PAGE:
Memory Lane — Match 28

League games against Portsmouth (H), Chelsea (H), Liverpool (H), and Wolverhampton Wanderers (H) lovingly recalled from 10, 20, 30 and 40 years ago, with the help of Patrick's extensive collection of matchday programmes.

Forty Years Ago — 1973-74: Match 28

Wolverhampton Wanderers had reached the League Cup Final at Wembley and were four points behind Everton when they had arrived for the game at Goodison Park, Everton were still in search of their first league win of the year and had already exited the FA Cup following a defeat by WBA (1-0) at the Hawthorns.

Wolves Manager Bill McGarry, speaking to reporter Dennis Shaw, said of his side's upcoming League Cup Final at Wembley that he was both full of joy and relief at their achievement and added, “If I dwelt on my career as a player and manager and thought about how little I had to show for it in terms of major honours, I would go mad. It would seem as though I had wasted my life.” Fortunately for Bill McGarry and his team, they would have something to show for their endeavours from their Wembley encounter with Manchester City as they beat the Maine Road side (2-1) to carry off the trophy.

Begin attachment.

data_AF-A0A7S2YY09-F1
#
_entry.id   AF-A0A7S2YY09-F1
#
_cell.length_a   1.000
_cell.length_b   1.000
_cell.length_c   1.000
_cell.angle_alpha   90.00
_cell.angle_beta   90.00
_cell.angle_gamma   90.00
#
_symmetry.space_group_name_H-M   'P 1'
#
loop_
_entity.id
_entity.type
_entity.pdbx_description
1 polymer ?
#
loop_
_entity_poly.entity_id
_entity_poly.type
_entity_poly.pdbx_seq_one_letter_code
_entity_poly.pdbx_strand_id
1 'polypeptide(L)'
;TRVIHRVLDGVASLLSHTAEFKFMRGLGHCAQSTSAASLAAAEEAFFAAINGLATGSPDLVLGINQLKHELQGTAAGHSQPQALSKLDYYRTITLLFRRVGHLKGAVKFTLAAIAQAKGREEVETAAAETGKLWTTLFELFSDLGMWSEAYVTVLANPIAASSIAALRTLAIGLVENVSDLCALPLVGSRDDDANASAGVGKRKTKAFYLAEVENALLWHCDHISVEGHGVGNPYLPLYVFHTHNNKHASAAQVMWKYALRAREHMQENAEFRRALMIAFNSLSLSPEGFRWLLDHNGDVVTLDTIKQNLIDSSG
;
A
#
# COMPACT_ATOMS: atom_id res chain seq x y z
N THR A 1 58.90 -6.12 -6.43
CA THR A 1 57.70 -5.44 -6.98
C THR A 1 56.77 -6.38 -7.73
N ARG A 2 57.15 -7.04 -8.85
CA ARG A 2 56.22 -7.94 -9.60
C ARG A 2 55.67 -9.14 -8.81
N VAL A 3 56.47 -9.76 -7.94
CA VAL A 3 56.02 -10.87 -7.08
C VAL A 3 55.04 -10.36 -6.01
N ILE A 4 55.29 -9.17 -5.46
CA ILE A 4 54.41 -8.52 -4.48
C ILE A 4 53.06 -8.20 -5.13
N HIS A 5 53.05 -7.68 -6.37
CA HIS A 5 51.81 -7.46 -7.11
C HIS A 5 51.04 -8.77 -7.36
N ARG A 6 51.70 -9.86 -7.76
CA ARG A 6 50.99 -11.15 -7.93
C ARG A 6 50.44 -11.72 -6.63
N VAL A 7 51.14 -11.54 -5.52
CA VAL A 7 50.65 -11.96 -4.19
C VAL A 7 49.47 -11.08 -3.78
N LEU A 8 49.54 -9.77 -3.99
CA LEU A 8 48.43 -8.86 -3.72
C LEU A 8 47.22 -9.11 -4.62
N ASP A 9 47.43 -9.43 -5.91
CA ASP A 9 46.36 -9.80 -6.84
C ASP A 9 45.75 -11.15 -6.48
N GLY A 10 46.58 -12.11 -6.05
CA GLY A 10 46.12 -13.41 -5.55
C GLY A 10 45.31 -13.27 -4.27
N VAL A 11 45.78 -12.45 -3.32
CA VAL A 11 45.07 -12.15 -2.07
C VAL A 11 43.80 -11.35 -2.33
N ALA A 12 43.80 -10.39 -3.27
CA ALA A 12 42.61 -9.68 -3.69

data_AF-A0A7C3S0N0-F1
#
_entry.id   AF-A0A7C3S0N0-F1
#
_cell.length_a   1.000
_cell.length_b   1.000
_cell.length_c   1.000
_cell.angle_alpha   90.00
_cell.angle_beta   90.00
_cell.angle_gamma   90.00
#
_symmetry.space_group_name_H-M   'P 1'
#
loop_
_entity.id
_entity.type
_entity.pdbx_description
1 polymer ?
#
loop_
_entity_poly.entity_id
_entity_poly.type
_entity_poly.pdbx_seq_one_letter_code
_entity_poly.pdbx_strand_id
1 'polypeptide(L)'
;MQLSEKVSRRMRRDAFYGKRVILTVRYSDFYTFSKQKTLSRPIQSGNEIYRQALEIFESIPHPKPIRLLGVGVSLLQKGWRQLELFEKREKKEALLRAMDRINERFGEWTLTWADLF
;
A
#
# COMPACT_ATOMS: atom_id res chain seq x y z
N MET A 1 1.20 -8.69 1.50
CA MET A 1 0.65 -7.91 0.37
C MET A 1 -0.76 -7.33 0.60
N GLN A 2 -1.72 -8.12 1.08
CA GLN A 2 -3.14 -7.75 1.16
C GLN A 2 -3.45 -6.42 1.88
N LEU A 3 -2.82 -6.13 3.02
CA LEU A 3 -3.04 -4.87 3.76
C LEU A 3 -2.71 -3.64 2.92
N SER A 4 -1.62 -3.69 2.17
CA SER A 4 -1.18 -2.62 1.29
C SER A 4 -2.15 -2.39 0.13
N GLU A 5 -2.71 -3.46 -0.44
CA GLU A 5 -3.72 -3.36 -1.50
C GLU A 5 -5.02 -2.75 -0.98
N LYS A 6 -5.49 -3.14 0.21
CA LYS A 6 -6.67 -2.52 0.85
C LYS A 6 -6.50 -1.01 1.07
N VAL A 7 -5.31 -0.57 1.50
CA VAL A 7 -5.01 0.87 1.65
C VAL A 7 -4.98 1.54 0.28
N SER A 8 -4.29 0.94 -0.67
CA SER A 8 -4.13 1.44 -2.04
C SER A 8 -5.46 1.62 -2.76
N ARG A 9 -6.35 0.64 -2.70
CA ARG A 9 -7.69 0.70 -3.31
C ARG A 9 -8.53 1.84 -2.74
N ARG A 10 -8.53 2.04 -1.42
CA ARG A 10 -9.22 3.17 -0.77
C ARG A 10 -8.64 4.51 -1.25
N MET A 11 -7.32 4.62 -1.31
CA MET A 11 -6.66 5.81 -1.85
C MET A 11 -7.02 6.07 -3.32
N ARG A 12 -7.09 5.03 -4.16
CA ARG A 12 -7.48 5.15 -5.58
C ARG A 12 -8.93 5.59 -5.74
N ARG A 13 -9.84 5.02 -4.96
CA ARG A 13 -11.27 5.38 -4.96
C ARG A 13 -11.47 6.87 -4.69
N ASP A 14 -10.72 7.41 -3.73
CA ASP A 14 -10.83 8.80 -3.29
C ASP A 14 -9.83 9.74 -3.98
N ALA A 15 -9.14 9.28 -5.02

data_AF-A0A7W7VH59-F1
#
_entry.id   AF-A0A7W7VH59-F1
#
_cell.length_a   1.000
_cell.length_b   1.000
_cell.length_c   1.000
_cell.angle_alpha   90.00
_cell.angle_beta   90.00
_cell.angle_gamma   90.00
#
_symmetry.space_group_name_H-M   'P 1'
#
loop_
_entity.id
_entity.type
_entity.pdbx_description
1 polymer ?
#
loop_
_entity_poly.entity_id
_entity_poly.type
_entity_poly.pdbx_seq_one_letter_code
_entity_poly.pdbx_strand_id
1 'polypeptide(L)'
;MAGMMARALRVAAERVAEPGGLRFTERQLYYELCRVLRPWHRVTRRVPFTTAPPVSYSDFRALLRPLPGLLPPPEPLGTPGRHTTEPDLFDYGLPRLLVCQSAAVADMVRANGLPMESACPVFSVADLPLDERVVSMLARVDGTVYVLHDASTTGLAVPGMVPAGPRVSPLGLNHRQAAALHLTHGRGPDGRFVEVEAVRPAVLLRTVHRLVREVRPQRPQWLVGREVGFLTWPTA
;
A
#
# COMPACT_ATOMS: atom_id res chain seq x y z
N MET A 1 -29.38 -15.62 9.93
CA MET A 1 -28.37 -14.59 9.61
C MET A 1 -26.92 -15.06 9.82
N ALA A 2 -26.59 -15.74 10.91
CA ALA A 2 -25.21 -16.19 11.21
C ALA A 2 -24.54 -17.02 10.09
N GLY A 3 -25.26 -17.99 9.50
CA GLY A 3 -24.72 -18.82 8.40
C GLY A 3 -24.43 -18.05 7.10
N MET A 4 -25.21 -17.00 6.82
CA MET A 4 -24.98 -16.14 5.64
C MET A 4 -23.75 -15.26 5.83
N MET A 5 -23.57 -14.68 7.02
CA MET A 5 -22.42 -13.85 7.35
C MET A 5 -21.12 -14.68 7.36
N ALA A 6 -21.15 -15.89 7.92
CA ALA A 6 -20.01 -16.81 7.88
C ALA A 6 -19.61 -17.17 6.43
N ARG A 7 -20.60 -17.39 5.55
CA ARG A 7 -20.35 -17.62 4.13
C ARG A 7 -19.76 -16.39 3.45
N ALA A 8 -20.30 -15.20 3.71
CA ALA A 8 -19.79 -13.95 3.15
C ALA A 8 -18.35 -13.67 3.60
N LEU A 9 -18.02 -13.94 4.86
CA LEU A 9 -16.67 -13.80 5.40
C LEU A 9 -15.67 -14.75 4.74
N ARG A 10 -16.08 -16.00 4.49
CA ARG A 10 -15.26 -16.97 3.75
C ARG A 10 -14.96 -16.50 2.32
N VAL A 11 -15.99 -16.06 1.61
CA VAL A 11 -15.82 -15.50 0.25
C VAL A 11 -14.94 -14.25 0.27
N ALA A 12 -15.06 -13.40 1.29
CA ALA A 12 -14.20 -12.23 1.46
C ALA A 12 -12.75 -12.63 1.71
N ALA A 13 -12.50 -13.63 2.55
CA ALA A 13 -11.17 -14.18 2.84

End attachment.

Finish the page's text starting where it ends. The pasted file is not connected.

Everton had failed to beat Wolves in their previous three meetings at Goodison Park but, prior to that, the Blues had won five fixtures in a row, including a victory in a Fourth Round FA Cup Replay.

The cup replay had taken place on 21 February 1967 following a draw (1-1) at Molineux. Alan Ball (80’) had converted a penalty late in the game to cancel out Wharton’s goal scored after half-an-hour of the first half. Over 53,000 had attended that match at Molineux, but 62,020 had visited Goodison Park for the replay. Derek Temple had replaced Jimmy Gabriel in the side at Goodison as Jimmy Husband (2) netted twice, one in each half and Derek Temple scored the other goal as Everton had beaten Wolves (3-1) to set up an all-Merseyside Fifth Round tie with Liverpool. Wolves’ consolation goal had been scored by Wharton.
Everton: West: Wright, Wilson; Hurst, Labone, Harvey; Young, Ball, Temple (Brown), Husband, Morrissey.

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Everton’s most recent victory against Wolves at Goodison Park had taken place on 31 January 1970 when the Blues had triumphed with a single goal victory; Joe Royle (32’) had scored the only goal of the game in front of almost 46,000 fans, a win which had given Everton another two points on the way to the Title.
Everton: West; Wright, Newton; Kendall, Labone: Harvey (Brown); Husband, Whittle, Royle, Hurst, Morrissey.